THIS is an ambitious book, both in scope and approach. Heather suggests her lack of “personal conviction” may be an advantage. The book strays decisively from earlier attempts to describe and explain how Christianity became a world religion that relied on what the author describes as an assumption of “Christianity’s essential superiority as a religion.”
These, Heather suggests, were written from the end of the 19th century, in a tradition where most historians were themselves Christians or worked at a time when one could almost take for granted that their readers l ‘were. These earlier historians, he argues, simply lacked the factual knowledge of the modern historian or felt unable to take the already known “documented religious resistance” seriously.
Heather suggests that, despite its “substantial and real continuities”, Christianity has been in many ways different “at different points in time”. Heather does not carry his story into the modern world, but he takes a hard look at the early and medieval centuries of Christianity, moving boldly from one aspect of these differences to another. The resulting juxtapositions are often thought-provoking, even if the timeline is sometimes messy.
The story of the spread of Christianity is told in three parts. Christianity began in the Middle East and the epistles describe its spread throughout the Greek-speaking world. The first chapter deals with “the Romanization of Christianity”, beginning with the “political” conversion of Emperor Constantine in 312. There had already been doctrinal disputes to be resolved, involving a series of general councils and the creation of a Creed approved by the Council of Nicaea in 325. The fourth century also brought state approval of Christianity, in 380. By the end of the fourth century, Christianity benefited from the Theodosian Code, with its rules on destruction pagan temples and the prohibition of pagan sacrifices. The state began to place Christians in influential positions.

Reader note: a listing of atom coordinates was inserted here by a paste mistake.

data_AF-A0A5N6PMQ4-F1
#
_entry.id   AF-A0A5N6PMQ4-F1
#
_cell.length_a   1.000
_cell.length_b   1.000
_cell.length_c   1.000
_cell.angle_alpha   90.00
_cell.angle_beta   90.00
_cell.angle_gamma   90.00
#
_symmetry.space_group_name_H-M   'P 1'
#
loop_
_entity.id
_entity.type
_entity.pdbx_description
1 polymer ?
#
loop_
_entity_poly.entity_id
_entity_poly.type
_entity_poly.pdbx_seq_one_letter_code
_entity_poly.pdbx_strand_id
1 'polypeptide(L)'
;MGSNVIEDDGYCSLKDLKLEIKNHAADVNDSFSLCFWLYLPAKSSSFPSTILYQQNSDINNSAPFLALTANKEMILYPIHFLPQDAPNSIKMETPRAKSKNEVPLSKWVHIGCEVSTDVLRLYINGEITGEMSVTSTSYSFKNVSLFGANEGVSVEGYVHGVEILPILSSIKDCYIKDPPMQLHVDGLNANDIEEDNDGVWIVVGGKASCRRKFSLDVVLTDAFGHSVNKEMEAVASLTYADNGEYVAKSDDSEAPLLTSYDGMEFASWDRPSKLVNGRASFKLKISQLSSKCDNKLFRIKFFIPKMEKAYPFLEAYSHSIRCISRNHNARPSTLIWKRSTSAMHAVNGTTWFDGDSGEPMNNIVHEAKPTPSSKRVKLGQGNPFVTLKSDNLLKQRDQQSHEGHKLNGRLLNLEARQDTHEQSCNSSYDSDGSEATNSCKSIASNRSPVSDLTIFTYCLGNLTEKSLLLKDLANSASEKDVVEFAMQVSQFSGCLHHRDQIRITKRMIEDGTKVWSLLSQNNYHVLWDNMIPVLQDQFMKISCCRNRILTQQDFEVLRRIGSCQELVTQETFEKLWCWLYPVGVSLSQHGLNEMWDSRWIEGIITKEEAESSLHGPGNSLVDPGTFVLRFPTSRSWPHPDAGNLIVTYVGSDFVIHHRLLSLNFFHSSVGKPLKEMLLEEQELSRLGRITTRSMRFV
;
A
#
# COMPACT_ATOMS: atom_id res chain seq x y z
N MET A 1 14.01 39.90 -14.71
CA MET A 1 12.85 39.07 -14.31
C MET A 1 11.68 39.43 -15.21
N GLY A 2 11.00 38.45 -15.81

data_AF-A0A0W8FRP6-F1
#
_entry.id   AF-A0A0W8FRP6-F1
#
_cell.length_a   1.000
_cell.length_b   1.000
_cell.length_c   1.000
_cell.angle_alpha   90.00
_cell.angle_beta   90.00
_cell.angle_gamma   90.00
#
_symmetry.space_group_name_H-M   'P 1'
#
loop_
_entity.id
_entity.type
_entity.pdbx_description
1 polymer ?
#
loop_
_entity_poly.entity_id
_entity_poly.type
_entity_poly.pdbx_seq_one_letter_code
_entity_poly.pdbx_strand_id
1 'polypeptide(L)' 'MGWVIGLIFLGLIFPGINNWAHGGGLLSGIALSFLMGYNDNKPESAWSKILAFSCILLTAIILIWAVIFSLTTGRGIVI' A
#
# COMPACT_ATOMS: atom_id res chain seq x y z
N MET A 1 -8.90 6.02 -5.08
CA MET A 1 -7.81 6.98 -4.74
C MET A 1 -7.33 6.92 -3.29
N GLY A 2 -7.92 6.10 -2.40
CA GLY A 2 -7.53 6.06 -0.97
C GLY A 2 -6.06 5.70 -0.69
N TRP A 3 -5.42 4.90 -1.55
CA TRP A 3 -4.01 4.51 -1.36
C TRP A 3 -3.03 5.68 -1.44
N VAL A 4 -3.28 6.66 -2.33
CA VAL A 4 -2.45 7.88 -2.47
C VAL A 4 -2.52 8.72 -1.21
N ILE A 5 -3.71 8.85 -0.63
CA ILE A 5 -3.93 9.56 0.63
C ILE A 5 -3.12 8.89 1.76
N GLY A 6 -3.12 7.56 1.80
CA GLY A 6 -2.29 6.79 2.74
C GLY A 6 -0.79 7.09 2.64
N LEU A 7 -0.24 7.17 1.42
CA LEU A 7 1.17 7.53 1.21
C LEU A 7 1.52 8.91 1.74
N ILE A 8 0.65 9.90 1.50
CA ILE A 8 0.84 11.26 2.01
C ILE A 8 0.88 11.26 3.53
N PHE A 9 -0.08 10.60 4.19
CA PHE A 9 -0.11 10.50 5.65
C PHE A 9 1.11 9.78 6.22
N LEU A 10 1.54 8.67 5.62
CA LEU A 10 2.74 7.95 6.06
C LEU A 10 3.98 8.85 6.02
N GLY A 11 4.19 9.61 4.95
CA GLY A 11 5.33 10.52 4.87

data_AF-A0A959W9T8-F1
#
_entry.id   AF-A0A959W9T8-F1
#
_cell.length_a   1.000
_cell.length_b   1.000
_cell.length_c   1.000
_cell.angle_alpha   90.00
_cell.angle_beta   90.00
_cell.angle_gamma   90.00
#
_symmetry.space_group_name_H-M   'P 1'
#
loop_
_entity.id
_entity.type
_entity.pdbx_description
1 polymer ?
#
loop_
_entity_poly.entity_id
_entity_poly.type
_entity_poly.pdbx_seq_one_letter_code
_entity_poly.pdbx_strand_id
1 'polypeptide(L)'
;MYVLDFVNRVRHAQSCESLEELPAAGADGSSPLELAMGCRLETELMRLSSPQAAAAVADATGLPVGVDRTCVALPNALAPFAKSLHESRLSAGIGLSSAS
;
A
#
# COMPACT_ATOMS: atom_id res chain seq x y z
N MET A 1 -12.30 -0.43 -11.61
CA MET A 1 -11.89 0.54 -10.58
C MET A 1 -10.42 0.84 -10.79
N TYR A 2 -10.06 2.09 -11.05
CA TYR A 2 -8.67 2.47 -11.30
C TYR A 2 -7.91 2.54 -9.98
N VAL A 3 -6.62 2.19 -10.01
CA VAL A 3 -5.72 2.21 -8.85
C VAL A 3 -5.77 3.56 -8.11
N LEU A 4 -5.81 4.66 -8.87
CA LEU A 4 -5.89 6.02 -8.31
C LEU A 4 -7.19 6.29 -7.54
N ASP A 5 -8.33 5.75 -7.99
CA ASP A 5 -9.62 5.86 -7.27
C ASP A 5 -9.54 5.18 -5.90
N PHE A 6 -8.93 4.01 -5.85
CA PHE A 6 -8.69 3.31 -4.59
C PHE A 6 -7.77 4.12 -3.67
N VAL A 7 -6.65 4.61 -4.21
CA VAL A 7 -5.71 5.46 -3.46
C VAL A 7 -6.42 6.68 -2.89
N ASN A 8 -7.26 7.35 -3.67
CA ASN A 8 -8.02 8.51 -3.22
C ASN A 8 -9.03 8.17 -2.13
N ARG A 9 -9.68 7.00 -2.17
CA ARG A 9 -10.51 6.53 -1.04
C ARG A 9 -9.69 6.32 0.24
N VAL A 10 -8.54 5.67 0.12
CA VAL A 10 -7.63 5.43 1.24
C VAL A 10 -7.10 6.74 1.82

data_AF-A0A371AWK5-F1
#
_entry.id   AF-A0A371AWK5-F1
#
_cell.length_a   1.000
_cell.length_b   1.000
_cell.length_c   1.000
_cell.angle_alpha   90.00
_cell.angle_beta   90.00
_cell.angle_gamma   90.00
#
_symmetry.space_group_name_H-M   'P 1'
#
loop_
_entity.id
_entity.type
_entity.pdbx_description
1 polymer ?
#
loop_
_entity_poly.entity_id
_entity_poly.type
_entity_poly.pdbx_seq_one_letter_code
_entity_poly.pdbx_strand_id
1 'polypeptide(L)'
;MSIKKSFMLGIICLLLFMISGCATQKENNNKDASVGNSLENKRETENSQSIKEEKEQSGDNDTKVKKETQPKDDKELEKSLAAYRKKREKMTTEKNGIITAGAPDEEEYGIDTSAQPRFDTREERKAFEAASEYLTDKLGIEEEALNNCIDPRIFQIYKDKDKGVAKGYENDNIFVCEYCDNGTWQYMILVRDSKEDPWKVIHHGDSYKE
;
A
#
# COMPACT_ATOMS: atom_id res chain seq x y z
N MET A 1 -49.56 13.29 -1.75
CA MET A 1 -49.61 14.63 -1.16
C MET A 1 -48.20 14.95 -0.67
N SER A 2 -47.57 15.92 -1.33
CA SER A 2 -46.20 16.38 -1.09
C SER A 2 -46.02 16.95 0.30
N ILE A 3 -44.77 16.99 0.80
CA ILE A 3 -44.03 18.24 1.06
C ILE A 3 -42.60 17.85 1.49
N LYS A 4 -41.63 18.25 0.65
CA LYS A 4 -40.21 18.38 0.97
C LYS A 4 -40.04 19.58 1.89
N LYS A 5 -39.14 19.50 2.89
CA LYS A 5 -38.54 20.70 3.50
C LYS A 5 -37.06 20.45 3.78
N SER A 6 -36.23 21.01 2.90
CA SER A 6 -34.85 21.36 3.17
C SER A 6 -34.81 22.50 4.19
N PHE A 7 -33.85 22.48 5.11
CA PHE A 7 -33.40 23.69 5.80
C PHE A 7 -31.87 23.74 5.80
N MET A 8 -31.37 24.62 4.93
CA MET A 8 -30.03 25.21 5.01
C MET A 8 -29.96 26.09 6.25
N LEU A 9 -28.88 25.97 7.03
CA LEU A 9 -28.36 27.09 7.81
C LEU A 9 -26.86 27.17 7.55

By 476, however, Rome had fallen to the “barbarians”, whose invasions were causing the Empire to collapse in the early 5th century. The organizational apparatus of cutting into diocesan regions and creating ecclesiastical buildings will make the Church valuable to the State while the secular imperial organization is collapsing. Gregory the Great certainly found it during his pontificate (590-604).
It was already the case that the Latin and Greek speaking halves of the Empire had become separated by the language barrier, and this continued throughout the Middle Ages. Christianity was henceforth to have two patriarchal heads. Constantinople was the natural center of the leadership of Greek Christianity, with additional patriarchs from Jerusalem, Antioch, and Alexandria. The bishop of Rome became the head of the Latin Church in the West, claiming the authority that Christ had given to Saint Peter.